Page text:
So, we kind of started talking about a new cat. We had a lot of discussion about it over several months. We didn't want to upset our present cat who has never had an issue with any bad behavior. In fact, when she has to spit up, she will go to the bathroom and do it in there. We finally decided that if we got a young cat, that might work okay. We are aware of the issues of having two cats, sometimes there are a lot of problems.

I went to the animal shelter in the county where we live. It is much cheaper than other shelters and I thought I would look and see if any cats would work. They had a lot of male cats, and we definitely didn't want a male. One cat that was young seemed alert and definitely wanted "OUT." I asked the tech to let me look at her and verified she was a female. The way she was so outgoing and the type of color she was, I thought she wasn't. I got her scent on me and went home. I took my top off and laid it out in the chair and my cat immediately went to it, sniffed and fell asleep on it. Sounds good so far. My husband and I discussed it again.

So my husband dreamed about cats during that night and so the next morning was like, yes, let's get a cat. So we went and looked through the cats available again, and there was that same cat, still wanting "OUT." My husband looked at her and agreed that would be a good one. We had taken our carrier, so we went to pay for her and we found out she was free. That was the national day to "Clear the Shelters," but this shelter hadn't advertised it. After filling out the paperwork, finding out the cat hadn't had shots etc., the tech gave us a crocheted blanket the size of the cat carrier for her to have as her own. Volunteers had made a drawer full of blankets.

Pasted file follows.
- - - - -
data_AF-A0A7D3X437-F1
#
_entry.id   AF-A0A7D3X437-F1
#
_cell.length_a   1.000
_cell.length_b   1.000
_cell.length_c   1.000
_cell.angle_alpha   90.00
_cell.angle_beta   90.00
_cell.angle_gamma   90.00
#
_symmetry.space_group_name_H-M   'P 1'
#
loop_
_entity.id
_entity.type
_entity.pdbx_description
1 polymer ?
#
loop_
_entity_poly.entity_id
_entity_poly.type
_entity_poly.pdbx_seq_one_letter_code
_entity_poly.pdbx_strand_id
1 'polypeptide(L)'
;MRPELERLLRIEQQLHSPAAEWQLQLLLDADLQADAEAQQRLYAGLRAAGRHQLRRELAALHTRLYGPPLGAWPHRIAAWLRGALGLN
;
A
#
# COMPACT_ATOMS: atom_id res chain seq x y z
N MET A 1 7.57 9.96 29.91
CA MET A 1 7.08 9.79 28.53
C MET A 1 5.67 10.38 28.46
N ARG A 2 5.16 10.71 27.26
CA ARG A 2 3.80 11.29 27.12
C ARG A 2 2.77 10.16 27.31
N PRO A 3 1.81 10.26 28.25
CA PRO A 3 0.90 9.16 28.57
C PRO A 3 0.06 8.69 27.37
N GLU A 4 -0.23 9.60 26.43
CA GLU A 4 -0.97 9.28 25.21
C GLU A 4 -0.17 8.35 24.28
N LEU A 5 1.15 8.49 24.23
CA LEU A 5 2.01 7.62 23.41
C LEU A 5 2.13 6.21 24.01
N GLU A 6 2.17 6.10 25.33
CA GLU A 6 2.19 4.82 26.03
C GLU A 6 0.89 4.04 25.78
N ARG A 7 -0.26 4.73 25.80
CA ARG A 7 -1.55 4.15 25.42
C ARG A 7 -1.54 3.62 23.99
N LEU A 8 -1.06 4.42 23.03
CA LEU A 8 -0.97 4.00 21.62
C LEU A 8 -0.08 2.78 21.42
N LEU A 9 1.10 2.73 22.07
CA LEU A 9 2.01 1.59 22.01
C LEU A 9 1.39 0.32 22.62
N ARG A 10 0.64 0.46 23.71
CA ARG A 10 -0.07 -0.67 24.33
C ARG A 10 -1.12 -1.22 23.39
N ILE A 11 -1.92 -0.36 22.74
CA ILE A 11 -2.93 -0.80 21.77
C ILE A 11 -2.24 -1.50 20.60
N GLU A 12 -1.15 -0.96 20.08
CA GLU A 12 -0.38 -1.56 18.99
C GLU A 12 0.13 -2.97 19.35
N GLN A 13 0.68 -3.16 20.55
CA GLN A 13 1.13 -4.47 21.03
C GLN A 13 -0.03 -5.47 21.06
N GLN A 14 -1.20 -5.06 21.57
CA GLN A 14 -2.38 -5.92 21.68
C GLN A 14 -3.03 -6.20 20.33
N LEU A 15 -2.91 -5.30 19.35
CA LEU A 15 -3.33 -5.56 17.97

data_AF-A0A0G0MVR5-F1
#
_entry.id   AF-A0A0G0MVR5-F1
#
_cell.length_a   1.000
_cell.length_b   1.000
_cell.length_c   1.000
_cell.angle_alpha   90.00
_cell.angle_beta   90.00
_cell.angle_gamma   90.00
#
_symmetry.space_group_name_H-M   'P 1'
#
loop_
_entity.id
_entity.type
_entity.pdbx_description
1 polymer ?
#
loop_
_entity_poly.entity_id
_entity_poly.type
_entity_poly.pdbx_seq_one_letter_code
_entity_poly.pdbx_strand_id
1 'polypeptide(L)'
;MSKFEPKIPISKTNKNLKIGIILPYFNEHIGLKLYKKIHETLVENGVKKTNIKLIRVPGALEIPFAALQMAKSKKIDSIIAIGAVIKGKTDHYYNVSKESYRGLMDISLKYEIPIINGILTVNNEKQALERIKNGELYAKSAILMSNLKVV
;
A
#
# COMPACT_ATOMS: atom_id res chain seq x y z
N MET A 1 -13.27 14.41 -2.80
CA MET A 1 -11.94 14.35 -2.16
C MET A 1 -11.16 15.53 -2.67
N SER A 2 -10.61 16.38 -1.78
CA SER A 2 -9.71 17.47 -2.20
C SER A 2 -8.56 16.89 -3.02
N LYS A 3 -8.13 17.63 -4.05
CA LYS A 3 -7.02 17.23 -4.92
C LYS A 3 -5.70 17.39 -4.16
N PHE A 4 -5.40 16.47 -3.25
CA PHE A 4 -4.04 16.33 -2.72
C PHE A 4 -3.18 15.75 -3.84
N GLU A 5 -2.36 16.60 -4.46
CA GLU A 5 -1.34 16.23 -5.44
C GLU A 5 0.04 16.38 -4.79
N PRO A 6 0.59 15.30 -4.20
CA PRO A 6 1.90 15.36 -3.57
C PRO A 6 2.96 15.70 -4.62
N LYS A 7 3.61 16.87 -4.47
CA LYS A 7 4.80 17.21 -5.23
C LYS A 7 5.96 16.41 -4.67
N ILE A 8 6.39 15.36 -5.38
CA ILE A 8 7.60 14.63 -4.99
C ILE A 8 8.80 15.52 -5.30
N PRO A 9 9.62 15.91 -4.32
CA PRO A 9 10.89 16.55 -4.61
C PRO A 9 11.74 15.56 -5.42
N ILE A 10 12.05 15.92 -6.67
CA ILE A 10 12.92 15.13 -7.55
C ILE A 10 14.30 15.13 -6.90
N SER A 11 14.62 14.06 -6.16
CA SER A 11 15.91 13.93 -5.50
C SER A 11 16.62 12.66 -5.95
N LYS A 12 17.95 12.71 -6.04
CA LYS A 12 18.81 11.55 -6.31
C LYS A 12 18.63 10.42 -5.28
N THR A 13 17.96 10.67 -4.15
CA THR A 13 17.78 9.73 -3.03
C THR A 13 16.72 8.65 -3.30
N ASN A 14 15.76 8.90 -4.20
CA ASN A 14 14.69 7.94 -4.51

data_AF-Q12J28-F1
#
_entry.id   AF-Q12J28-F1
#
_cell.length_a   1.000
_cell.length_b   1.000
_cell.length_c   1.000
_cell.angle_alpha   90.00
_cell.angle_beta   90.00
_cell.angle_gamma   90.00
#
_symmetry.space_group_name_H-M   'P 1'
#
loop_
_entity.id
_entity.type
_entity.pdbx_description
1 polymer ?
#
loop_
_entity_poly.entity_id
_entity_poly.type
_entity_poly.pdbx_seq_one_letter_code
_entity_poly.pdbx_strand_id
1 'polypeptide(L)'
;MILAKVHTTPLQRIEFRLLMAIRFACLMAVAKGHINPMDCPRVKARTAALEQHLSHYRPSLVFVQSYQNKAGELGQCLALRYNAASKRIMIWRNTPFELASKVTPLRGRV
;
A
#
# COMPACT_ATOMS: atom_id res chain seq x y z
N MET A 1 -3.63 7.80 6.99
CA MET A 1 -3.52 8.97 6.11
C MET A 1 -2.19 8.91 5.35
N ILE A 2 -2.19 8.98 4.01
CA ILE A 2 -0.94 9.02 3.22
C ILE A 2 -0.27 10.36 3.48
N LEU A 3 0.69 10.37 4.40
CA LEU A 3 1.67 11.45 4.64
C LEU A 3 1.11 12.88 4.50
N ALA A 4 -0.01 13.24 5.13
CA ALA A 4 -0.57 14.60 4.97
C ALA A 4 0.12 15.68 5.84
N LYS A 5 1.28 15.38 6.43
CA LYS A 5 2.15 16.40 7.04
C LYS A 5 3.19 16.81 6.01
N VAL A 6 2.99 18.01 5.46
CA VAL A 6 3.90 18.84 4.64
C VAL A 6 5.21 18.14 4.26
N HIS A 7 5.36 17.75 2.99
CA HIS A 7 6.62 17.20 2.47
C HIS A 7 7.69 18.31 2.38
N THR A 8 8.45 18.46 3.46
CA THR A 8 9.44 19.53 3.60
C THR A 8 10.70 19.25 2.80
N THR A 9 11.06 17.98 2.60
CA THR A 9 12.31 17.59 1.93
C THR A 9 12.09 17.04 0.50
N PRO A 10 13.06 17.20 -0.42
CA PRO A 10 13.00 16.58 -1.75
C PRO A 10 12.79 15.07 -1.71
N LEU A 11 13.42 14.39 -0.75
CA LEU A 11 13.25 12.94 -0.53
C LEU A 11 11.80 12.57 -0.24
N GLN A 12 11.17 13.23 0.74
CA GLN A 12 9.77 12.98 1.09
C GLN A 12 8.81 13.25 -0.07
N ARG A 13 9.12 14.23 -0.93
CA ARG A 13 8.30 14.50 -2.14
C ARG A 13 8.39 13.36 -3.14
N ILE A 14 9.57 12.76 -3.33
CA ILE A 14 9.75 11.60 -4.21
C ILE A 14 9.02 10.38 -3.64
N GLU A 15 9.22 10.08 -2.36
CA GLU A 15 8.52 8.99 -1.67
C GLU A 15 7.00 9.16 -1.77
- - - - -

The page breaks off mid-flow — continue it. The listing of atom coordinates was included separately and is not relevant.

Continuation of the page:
On the way home, Joy (as we named her) started sneezing. She didn't act sick, but she kept it up. We went into Petsmart on the way home and picked out some food and items for her. When we walked in the door, our Bengal started hissing like crazy. We took Joy upstairs to our bedroom, let her out and started setting up her world. We have watched the cat whisperer guy on TV, so we decided to keep them separate and gradually introduce them. Joy kept sneezing, and then I got worried because she was nothing but skin and bones. It was like you could feel every bone in her body. I was concerned she had worms causing that, but the vet later said no, but gave us stuff to give her just in case. The vet said to keep the cats separate. She tested her for feline leukemia and other things, negative. We are to bring her back in another week, and go from there. The rest of the shots need to be started, and we have to get her spayed. Our vet doesn't spay cats until they are six months, the shelter requires it be done within one month, so I am hoping a note from our vet will delay that. We almost lost one cat from early spaying, the anesthesia caused her to get pneumonia. Having to use a humidifier in a room that let out steam that turned on our fire alarm, that brought firemen to our house, was a big enough experience and we don't want to repeat it.